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Buyer’s Tips:
KVM Switching Systems

Buyer's Tips: KVM Switching Systems

Three common mistakes made when purchasing a KVM switch

  1. Not considering future requirements
    The biggest mistake you can make when purchasing a KVM switch is buying on lowest cost as the only factor, without considering future needs. The KVM switch will solve your problems for today. When this occurs, users will come back complaining that they bought a new system XYZ with enhanced feature sets A, B, C, D, and E. However, the KVM switch was not designed to support D and E. This type of issue will cause the admin to either buy a new separate KVM solution or set the system up as a separate entity.

  2. Forgetting about required accessories
    On more complicated systems that require Server Access Modules (adapters that hang off the back of each PC or server) and various types of accessories for mounting and access, users may mistakenly read a marketing article that tries to sell them a switch only and does not mention that the user is required to have the additional accessories to make it work. When purchasing more complicated systems, keep in mind that KVM switches that use any sort of CATx cable will ultimately force you into buying another device that connects to both ends to encode/decode the signals.

  3. Compatibility issues
    Another very common mistake is purchasing different types of equipment from different manufacturers (KVM switch from vendor A, KVM extender from vendor B, and a KVM tray from vendor C). This often leads to problems. When performing the initial installation and configuration, 90 percent of users will realise quickly that they will have many compatibility issues on their hands. At Black Box, if we suggest a solution that includes connecting more than one system, we make sure to have it fully tested and qualified so you will not have to struggle to make it work.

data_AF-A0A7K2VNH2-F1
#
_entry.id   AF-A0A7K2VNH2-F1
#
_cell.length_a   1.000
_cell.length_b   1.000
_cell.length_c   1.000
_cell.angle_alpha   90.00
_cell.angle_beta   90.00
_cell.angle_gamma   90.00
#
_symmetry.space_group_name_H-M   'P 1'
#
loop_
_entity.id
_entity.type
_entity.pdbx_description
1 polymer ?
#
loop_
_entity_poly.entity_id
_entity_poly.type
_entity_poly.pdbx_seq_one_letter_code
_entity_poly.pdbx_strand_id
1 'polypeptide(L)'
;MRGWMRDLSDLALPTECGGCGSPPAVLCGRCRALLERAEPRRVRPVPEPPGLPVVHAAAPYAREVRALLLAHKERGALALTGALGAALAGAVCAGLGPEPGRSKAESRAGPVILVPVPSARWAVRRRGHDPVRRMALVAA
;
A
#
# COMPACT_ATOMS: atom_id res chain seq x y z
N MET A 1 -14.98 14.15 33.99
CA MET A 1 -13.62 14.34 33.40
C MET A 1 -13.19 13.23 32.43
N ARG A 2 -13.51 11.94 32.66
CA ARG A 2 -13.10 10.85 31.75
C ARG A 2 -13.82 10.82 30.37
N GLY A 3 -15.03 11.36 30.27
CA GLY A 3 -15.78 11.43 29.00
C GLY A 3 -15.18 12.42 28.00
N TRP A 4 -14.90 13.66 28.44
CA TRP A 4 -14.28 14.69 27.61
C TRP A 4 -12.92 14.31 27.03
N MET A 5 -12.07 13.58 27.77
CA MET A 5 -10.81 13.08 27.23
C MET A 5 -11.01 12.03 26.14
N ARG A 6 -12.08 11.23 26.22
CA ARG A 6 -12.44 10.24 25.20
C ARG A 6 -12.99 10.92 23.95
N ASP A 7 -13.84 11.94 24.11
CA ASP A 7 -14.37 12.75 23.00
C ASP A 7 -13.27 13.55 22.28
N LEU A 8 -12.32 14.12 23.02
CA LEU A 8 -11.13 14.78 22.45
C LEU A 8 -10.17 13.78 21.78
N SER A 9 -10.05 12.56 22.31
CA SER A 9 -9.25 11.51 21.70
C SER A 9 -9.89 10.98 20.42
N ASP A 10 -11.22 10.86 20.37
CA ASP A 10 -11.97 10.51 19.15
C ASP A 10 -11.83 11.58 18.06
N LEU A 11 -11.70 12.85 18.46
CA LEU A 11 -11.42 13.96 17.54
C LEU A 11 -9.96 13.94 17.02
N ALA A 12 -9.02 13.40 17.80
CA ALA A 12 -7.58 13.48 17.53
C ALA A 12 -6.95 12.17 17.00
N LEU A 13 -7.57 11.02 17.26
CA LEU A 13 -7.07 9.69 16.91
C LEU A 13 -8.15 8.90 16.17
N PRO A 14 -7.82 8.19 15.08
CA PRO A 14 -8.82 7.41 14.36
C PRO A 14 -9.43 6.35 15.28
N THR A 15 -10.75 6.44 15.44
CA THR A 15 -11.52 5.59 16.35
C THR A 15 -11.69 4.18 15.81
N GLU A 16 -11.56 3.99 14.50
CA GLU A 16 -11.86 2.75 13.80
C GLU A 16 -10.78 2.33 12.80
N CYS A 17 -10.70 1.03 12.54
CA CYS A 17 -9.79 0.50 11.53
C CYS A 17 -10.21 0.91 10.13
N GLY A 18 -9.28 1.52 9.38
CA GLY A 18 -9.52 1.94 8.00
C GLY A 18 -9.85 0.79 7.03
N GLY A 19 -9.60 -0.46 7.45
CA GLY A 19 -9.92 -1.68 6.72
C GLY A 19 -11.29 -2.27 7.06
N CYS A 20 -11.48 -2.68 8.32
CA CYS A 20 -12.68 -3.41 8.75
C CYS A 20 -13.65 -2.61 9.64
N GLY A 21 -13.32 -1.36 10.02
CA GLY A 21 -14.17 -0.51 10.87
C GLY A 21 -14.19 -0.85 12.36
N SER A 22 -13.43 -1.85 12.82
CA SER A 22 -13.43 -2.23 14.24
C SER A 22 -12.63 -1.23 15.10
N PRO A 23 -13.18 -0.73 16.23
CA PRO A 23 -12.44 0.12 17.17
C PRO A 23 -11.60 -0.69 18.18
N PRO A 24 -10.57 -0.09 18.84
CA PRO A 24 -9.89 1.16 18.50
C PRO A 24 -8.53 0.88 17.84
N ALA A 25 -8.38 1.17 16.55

4. What are the most important elements to look for when buying KVM switching systems?

    1. User requirements
      IT managers need to consider video type and resolution. What type of USB devices will be connected — HID devices such as keyboards and mice? If specialised keyboards are required, the KVM switch must be able to pass the proper emulation to CPUs. Another question to ask is whether you need connect audio as well.

    2. CPU requirements
      The types of computers you would like to use with the KVM switch, and how they connect (DVI, VGA, PS/2, USB, audio, etc.) are important elements. Knowing the types of computers you plan on buying in the next five years helps you choose a switch that will future-proof your investment. When looking at KVM switches, think about how many more computers/servers you plan on adding in the coming months and years. You don’t want to fully populate a KVM switch right away and discover you have to get the next size up or find a completely different solution.

      Also consider how far away the computers/servers/users will be located from the centralised KVM switch. If any system/user will be further than 5 metres, consider using a CATx-based solution where all computers/users will be interconnected via standard CATx cables. Suppliers need to ask these questions to the end users to figure out what they really need and try to suggest options that would potentially save them money down the line.

    3. What are the most common options available, and how do you decide which option is best?

      Desktop KVM switches have the most common options. The market supports many systems from various manufacturers. However, the switches do not all operate the same way. The most difficult thing to understand when looking at these types of switches is the difference in price between various four-port desktop switches. Prices can range from €60 all the way up to €450.

      When looking at these types of options and trying to compare the price difference, you will begin to notice major items that may not be immediately identified. Some of the differences between these types of switches are the way video is supported, having a built-in EDID channel, or the ability to program your own channels. Programming your own EDID channel in a lower-end switch, you can easily encounter KVM switches that will not render the video correctly (e.g. shifted video, horizontal/vertical bars, no video/no signal, etc.).

      Between these two types of switches, you will also need to identify the type of USB operation the application requires. The €60 KVM switch may only support USB HID keyboards and mice, and if you try to plug in a USB flash drive, external storage device, or any other type of USB 2.0 device, it won’t function. On the other hand, the €450 KVM switch should offer the full USB spectrum functionality, and may even support true USB emulation.

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